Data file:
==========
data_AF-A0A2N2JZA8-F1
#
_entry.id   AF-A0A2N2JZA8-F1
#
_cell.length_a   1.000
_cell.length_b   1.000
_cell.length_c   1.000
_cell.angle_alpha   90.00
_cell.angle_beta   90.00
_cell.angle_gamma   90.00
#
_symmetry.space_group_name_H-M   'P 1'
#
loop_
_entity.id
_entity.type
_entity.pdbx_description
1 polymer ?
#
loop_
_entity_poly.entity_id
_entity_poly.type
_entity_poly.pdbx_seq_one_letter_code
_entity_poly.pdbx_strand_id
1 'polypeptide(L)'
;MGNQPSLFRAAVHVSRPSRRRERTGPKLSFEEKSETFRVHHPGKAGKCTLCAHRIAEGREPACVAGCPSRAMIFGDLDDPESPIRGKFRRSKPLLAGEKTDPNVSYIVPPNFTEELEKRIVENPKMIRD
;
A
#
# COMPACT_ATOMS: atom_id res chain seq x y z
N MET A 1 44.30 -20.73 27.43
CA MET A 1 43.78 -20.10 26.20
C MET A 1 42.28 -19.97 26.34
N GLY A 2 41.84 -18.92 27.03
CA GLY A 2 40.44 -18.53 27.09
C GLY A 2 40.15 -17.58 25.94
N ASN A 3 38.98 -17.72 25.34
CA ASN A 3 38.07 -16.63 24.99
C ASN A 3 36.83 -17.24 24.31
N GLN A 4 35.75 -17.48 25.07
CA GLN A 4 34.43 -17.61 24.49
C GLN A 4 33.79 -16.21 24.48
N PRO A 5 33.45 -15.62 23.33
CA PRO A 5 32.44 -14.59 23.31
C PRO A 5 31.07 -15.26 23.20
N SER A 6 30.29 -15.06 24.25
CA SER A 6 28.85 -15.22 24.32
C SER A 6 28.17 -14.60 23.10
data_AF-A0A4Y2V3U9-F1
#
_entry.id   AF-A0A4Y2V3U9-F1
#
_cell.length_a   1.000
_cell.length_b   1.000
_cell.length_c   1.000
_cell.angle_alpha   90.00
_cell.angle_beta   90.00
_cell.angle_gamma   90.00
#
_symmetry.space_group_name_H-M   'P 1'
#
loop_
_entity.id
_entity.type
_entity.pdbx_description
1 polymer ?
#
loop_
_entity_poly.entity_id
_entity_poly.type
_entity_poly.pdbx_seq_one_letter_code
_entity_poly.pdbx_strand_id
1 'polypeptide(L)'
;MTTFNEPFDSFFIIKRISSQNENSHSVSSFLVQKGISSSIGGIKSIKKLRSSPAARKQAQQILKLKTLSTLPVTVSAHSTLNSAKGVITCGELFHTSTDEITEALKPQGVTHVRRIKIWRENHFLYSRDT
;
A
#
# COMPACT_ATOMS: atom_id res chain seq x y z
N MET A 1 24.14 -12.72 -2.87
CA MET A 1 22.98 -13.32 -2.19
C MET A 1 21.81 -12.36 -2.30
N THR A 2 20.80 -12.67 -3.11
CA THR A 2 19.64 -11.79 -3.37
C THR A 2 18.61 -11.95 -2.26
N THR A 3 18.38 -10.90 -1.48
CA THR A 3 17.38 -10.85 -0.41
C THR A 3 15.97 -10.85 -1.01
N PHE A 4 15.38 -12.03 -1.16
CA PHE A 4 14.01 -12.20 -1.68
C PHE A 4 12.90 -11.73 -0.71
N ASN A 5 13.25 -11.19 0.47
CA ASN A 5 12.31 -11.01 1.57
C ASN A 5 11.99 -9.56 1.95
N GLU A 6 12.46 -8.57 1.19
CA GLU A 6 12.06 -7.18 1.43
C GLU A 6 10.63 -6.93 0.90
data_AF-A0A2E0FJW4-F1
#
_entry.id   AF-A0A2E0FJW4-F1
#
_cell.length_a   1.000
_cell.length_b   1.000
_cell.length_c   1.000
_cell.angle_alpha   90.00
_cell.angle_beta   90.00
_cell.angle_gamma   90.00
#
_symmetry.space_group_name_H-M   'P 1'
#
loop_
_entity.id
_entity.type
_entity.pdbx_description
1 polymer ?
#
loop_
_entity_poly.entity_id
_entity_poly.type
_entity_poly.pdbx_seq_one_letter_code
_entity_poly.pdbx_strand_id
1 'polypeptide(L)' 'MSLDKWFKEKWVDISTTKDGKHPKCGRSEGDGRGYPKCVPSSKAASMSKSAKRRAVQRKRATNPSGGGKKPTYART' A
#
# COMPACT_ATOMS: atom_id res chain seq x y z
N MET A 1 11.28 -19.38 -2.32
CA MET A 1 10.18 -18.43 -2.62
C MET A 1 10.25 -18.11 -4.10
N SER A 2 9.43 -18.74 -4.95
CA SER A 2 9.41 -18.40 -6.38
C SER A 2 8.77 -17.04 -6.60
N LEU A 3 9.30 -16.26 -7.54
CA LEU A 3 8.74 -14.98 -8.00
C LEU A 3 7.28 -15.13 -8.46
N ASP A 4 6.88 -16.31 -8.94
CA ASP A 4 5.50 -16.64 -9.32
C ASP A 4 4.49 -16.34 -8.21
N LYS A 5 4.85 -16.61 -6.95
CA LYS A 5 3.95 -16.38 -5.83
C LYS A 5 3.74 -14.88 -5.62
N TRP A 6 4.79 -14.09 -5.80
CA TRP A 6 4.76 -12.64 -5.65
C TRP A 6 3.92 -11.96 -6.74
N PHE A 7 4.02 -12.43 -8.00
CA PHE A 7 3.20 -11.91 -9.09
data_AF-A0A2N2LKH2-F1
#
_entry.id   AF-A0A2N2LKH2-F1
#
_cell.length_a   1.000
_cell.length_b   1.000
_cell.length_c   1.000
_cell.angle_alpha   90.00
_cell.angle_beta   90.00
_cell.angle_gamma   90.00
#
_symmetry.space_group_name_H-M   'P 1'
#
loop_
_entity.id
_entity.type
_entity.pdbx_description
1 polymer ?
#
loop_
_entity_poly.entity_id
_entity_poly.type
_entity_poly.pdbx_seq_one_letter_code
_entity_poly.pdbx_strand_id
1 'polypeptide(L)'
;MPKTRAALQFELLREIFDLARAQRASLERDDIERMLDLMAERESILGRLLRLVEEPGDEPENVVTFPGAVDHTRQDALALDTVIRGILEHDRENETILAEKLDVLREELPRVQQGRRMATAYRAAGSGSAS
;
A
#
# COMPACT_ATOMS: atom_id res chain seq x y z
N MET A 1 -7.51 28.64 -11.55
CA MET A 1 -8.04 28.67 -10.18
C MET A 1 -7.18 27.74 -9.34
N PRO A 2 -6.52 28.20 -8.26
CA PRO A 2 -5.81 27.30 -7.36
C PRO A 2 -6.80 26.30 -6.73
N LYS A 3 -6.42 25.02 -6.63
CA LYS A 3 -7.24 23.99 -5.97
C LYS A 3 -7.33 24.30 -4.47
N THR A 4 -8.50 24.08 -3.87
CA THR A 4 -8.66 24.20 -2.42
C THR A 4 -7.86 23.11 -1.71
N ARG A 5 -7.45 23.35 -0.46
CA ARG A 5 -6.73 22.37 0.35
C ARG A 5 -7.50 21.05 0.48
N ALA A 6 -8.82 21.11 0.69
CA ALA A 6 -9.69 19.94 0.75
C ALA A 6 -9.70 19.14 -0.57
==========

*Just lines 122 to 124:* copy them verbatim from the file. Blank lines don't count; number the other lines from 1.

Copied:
#
# COMPACT_ATOMS: atom_id res chain seq x y z
N MET A 1 11.28 -19.38 -2.32